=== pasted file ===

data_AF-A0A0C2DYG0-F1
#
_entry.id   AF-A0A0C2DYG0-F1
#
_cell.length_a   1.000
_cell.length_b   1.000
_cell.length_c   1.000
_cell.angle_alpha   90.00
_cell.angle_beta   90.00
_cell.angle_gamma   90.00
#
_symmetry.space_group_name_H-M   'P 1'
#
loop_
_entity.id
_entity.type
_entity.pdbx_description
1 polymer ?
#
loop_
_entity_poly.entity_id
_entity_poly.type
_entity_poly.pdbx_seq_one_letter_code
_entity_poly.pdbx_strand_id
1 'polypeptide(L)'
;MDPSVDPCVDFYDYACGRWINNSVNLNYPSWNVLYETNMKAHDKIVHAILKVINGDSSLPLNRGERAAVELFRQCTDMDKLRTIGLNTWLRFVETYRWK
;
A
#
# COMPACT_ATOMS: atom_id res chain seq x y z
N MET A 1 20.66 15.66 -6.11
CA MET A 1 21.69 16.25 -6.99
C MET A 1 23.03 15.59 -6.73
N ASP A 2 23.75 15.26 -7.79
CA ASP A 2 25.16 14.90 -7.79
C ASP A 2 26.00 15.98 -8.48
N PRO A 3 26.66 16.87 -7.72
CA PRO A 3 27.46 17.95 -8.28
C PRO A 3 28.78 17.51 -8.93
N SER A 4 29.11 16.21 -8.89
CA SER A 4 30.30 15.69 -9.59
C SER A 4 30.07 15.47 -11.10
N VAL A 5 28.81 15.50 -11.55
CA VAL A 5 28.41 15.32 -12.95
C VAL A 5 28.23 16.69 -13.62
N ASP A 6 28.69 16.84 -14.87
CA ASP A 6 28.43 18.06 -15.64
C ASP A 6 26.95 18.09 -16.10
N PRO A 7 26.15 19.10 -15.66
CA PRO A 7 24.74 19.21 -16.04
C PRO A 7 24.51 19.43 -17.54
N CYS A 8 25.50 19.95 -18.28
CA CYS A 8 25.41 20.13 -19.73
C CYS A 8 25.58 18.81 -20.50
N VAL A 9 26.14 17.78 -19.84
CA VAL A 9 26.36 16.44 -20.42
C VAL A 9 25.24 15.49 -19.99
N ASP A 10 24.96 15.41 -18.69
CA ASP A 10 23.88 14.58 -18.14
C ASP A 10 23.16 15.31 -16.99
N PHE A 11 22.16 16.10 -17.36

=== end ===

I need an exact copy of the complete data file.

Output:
data_AF-A0A0C2DYG0-F1
#
_entry.id   AF-A0A0C2DYG0-F1
#
_cell.length_a   1.000
_cell.length_b   1.000
_cell.length_c   1.000
_cell.angle_alpha   90.00
_cell.angle_beta   90.00
_cell.angle_gamma   90.00
#
_symmetry.space_group_name_H-M   'P 1'
#
loop_
_entity.id
_entity.type
_entity.pdbx_description
1 polymer ?
#
loop_
_entity_poly.entity_id
_entity_poly.type
_entity_poly.pdbx_seq_one_letter_code
_entity_poly.pdbx_strand_id
1 'polypeptide(L)'
;MDPSVDPCVDFYDYACGRWINNSVNLNYPSWNVLYETNMKAHDKIVHAILKVINGDSSLPLNRGERAAVELFRQCTDMDKLRTIGLNTWLRFVETYRWK
;
A
#
# COMPACT_ATOMS: atom_id res chain seq x y z
N MET A 1 20.66 15.66 -6.11
CA MET A 1 21.69 16.25 -6.99
C MET A 1 23.03 15.59 -6.73
N ASP A 2 23.75 15.26 -7.79
CA ASP A 2 25.16 14.90 -7.79
C ASP A 2 26.00 15.98 -8.48
N PRO A 3 26.66 16.87 -7.72
CA PRO A 3 27.46 17.95 -8.28
C PRO A 3 28.78 17.51 -8.93
N SER A 4 29.11 16.21 -8.89
CA SER A 4 30.30 15.69 -9.59
C SER A 4 30.07 15.47 -11.10
N VAL A 5 28.81 15.50 -11.55
CA VAL A 5 28.41 15.32 -12.95
C VAL A 5 28.23 16.69 -13.62
N ASP A 6 28.69 16.84 -14.87
CA ASP A 6 28.43 18.06 -15.64
C ASP A 6 26.95 18.09 -16.10
N PRO A 7 26.15 19.10 -15.66
CA PRO A 7 24.74 19.21 -16.04
C PRO A 7 24.51 19.43 -17.54
N CYS A 8 25.50 19.95 -18.28
CA CYS A 8 25.41 20.13 -19.73
C CYS A 8 25.58 18.81 -20.50
N VAL A 9 26.14 17.78 -19.84
CA VAL A 9 26.36 16.44 -20.42
C VAL A 9 25.24 15.49 -19.99
N ASP A 10 24.96 15.41 -18.69
CA ASP A 10 23.88 14.58 -18.14
C ASP A 10 23.16 15.31 -16.99
N PHE A 11 22.16 16.10 -17.36